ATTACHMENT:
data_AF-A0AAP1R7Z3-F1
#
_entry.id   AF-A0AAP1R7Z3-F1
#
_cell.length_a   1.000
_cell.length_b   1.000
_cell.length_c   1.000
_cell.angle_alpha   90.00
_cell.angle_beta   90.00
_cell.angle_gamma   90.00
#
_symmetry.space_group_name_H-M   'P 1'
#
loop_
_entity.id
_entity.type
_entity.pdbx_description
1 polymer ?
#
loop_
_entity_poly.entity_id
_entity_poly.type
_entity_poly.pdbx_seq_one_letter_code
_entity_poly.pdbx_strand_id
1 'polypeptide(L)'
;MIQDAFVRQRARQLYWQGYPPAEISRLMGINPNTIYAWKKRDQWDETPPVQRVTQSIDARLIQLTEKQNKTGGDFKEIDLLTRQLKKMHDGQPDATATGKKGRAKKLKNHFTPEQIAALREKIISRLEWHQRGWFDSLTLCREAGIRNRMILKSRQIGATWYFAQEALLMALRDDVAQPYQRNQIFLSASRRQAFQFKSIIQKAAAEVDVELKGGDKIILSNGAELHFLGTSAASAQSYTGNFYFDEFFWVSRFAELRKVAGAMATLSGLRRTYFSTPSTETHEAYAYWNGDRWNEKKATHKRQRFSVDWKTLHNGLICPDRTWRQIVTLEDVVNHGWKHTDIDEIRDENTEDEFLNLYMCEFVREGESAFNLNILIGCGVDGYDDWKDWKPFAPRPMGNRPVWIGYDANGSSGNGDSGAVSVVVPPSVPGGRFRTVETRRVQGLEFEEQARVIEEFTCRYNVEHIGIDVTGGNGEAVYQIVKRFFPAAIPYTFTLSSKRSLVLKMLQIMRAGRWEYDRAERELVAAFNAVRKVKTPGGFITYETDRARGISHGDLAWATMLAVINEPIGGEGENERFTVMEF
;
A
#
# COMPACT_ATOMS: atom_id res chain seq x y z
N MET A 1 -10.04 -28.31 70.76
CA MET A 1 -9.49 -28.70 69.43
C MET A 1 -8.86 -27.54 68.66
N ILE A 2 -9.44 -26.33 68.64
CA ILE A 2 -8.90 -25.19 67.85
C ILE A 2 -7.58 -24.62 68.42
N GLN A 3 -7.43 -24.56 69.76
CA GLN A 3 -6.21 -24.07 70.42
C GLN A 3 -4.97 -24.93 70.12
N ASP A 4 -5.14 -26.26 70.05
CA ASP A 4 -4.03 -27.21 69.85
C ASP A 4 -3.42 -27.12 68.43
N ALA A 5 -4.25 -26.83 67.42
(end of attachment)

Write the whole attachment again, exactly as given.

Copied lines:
data_AF-A0AAP1R7Z3-F1
#
_entry.id   AF-A0AAP1R7Z3-F1
#
_cell.length_a   1.000
_cell.length_b   1.000
_cell.length_c   1.000
_cell.angle_alpha   90.00
_cell.angle_beta   90.00
_cell.angle_gamma   90.00
#
_symmetry.space_group_name_H-M   'P 1'
#
loop_
_entity.id
_entity.type
_entity.pdbx_description
1 polymer ?
#
loop_
_entity_poly.entity_id
_entity_poly.type
_entity_poly.pdbx_seq_one_letter_code
_entity_poly.pdbx_strand_id
1 'polypeptide(L)'
;MIQDAFVRQRARQLYWQGYPPAEISRLMGINPNTIYAWKKRDQWDETPPVQRVTQSIDARLIQLTEKQNKTGGDFKEIDLLTRQLKKMHDGQPDATATGKKGRAKKLKNHFTPEQIAALREKIISRLEWHQRGWFDSLTLCREAGIRNRMILKSRQIGATWYFAQEALLMALRDDVAQPYQRNQIFLSASRRQAFQFKSIIQKAAAEVDVELKGGDKIILSNGAELHFLGTSAASAQSYTGNFYFDEFFWVSRFAELRKVAGAMATLSGLRRTYFSTPSTETHEAYAYWNGDRWNEKKATHKRQRFSVDWKTLHNGLICPDRTWRQIVTLEDVVNHGWKHTDIDEIRDENTEDEFLNLYMCEFVREGESAFNLNILIGCGVDGYDDWKDWKPFAPRPMGNRPVWIGYDANGSSGNGDSGAVSVVVPPSVPGGRFRTVETRRVQGLEFEEQARVIEEFTCRYNVEHIGIDVTGGNGEAVYQIVKRFFPAAIPYTFTLSSKRSLVLKMLQIMRAGRWEYDRAERELVAAFNAVRKVKTPGGFITYETDRARGISHGDLAWATMLAVINEPIGGEGENERFTVMEF
;
A
#
# COMPACT_ATOMS: atom_id res chain seq x y z
N MET A 1 -10.04 -28.31 70.76
CA MET A 1 -9.49 -28.70 69.43
C MET A 1 -8.86 -27.54 68.66
N ILE A 2 -9.44 -26.33 68.64
CA ILE A 2 -8.90 -25.19 67.85
C ILE A 2 -7.58 -24.62 68.42
N GLN A 3 -7.43 -24.56 69.76
CA GLN A 3 -6.21 -24.07 70.42
C GLN A 3 -4.97 -24.93 70.12
N ASP A 4 -5.14 -26.26 70.05
CA ASP A 4 -4.03 -27.21 69.85
C ASP A 4 -3.42 -27.12 68.43
N ALA A 5 -4.25 -26.83 67.42